Getting up early, when you don’t get up early!

Okay, I HATE getting up early, but you must. You simply must!

If you’re a Believer we need you as a part of the army. There are too many people on the sidelines. You need time to praise the Lord, spend time in his word, pray, reflect, study, plan the day that you will conquer for the kingdom!

Now, understand, I say this, but I HATE getting up early, but I will.

This is the perfect time of year to start getting up early, because the clock just changed and you’re probably not 100% adjusted to it yet. Do not let yourself sleep in, here’s some tips (full post here: LINK)

So how can you become an early riser?


Getting up early is like most any habit that makes you a more productive creative: It’s hard at first. Here are a few tips to get you started:


1. Set an exact time to get out of bed.

If you normally get up at 11am, it’s unrealistic to start abruptly getting up at 6am. Think about what time you’d like to be getting up in the morning, and work up to it. Try to wake up 30 minutes earlier every week, until you get to the desired time.


2. Move up your bedtime in sync with the time you plan to get up.

Seven to eight hours of sleep is the recommended dosage for maximal productivity (with a few super-human exceptions). So if you’re getting up at 6am, you’ll want to go to bed by 11pm at the latest. If you try to go to bed at midnight and get up at 5am, you’re eventually going to run into some problems.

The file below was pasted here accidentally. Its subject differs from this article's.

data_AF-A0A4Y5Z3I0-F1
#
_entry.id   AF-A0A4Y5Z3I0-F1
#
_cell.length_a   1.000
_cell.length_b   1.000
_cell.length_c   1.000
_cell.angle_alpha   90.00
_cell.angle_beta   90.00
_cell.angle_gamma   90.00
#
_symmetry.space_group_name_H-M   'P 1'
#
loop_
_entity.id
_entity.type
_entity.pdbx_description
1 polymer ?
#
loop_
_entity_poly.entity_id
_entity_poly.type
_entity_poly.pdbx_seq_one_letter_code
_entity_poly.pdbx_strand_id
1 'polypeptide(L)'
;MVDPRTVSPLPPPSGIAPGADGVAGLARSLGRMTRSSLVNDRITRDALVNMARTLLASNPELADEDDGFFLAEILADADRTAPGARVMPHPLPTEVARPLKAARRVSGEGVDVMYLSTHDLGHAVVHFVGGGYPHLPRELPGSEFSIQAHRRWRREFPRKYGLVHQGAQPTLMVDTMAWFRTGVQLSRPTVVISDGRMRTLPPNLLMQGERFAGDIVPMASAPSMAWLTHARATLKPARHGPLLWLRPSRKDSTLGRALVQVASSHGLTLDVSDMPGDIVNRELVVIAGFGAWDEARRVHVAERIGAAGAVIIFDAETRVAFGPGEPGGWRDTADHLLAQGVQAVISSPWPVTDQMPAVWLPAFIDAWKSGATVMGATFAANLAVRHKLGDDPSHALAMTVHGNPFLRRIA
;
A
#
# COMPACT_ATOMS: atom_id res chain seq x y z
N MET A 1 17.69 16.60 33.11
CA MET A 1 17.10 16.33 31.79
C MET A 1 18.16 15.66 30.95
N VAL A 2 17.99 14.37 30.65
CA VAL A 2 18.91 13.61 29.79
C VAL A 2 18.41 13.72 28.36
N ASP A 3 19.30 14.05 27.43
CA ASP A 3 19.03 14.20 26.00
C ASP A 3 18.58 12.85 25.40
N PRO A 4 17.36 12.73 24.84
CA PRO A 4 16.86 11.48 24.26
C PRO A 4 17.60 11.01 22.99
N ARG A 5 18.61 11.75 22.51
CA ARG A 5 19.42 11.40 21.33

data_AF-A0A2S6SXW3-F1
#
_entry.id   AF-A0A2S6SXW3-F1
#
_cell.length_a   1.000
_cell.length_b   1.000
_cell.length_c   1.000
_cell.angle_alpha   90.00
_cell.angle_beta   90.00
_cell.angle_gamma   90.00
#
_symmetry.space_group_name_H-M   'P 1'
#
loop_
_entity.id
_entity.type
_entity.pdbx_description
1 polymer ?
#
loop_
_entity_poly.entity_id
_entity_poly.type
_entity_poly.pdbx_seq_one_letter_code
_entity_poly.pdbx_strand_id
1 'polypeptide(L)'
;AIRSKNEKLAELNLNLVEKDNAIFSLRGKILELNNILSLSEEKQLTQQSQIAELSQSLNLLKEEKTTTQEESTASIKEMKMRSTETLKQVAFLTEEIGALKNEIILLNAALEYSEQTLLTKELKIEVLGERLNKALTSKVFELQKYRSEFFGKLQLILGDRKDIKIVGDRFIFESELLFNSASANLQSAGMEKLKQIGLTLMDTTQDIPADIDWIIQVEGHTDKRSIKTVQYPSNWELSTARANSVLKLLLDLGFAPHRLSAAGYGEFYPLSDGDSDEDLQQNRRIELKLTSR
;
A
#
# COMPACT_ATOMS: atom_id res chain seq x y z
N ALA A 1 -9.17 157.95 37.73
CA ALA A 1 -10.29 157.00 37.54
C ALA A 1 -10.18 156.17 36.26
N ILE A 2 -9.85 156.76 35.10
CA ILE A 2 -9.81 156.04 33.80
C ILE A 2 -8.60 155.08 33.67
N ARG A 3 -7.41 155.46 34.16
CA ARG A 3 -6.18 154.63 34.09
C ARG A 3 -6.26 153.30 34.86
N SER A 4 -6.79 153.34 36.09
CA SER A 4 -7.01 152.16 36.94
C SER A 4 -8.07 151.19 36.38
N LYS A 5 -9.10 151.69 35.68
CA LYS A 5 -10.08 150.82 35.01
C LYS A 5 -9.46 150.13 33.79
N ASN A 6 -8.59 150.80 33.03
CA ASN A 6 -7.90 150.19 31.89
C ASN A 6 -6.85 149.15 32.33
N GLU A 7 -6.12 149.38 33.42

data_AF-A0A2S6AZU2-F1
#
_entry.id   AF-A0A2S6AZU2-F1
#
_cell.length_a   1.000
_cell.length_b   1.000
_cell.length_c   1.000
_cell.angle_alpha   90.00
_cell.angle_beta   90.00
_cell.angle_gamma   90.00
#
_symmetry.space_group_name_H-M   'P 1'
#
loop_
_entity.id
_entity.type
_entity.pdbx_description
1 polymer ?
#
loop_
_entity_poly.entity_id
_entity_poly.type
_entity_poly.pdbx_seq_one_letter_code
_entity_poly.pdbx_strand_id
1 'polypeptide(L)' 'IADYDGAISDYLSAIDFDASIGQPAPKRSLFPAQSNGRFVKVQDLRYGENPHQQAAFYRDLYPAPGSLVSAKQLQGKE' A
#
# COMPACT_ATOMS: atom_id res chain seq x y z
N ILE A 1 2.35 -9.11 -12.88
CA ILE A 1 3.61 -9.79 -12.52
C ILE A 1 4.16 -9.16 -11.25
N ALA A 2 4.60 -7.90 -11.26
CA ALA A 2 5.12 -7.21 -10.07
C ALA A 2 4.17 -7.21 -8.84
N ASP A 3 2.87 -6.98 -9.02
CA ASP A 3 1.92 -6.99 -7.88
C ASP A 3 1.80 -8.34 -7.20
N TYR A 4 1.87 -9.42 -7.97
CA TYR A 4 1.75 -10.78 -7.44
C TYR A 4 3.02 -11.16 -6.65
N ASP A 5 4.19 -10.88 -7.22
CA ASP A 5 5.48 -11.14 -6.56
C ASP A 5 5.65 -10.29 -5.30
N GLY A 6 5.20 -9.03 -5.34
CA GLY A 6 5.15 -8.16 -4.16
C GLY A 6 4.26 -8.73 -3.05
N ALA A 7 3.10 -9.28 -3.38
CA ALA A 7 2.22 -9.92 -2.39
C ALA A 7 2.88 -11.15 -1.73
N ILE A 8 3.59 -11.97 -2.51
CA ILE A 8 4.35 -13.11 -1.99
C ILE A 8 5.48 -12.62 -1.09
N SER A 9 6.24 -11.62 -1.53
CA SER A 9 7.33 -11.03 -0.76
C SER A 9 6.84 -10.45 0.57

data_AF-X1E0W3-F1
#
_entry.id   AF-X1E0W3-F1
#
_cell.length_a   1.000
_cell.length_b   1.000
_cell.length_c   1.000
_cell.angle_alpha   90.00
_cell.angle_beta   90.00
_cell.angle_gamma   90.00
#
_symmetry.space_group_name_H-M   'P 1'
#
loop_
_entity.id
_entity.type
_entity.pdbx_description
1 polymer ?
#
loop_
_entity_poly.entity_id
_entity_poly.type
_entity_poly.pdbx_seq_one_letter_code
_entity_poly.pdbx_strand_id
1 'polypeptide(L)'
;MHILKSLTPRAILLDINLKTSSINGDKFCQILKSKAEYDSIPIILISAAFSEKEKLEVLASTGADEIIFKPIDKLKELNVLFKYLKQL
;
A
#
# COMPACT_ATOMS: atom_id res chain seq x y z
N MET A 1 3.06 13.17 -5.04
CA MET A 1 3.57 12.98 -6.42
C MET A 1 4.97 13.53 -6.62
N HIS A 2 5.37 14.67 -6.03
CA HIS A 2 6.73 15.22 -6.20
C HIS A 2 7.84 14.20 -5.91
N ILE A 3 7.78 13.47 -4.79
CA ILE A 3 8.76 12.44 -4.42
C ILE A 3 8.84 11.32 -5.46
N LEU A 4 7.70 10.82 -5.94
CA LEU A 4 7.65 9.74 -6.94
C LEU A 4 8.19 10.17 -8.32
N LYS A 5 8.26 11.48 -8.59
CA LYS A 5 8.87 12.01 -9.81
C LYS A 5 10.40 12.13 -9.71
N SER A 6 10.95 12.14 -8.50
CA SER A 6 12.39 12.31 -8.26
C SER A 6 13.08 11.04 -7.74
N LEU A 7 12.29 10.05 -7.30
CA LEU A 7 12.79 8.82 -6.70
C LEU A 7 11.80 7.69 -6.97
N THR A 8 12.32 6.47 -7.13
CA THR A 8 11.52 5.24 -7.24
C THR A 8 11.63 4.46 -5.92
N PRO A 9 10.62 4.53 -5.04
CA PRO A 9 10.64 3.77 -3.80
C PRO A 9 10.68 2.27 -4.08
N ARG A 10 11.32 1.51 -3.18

3. Get out of bed immediately.

The moment that you start procrastinating – read: hit the snooze button – it’s very easy to convince yourself of a multiplicity of reasons why you wouldn’t want to get out of bed yet. Don’t even allow those thoughts to kick in – just get up!


4. Expose yourself to sunlight.

Sunlight is key to adapting your circadian rhythms. If you’re having trouble getting up, don’t close your blinds all the way, so you have some natural light as your wake-up call. Once you’re up, a short walk (or run) outside helps reinforce the message with your body.


5. Develop a routine for your morning.

Whether it’s taking in the sunrise, brewing a cup of tea and reading the paper, or walking to the café down the street for a cup of joe, you’re more likely to continue to get up early if you develop a brief routine that is, in itself, a reward.


6. Stick with it.

Know going in that it’s going to take some time to adapt to waking up early – probably about 30 days. Don’t expect to feel bright-eyed and bushy-tailed from Day 1. But if you stick with it, getting up early is likely to become one of your favorite rituals.


About John Harris

I don't know half of you half as well as I should like; and I like less than half of you half as well as you deserve.
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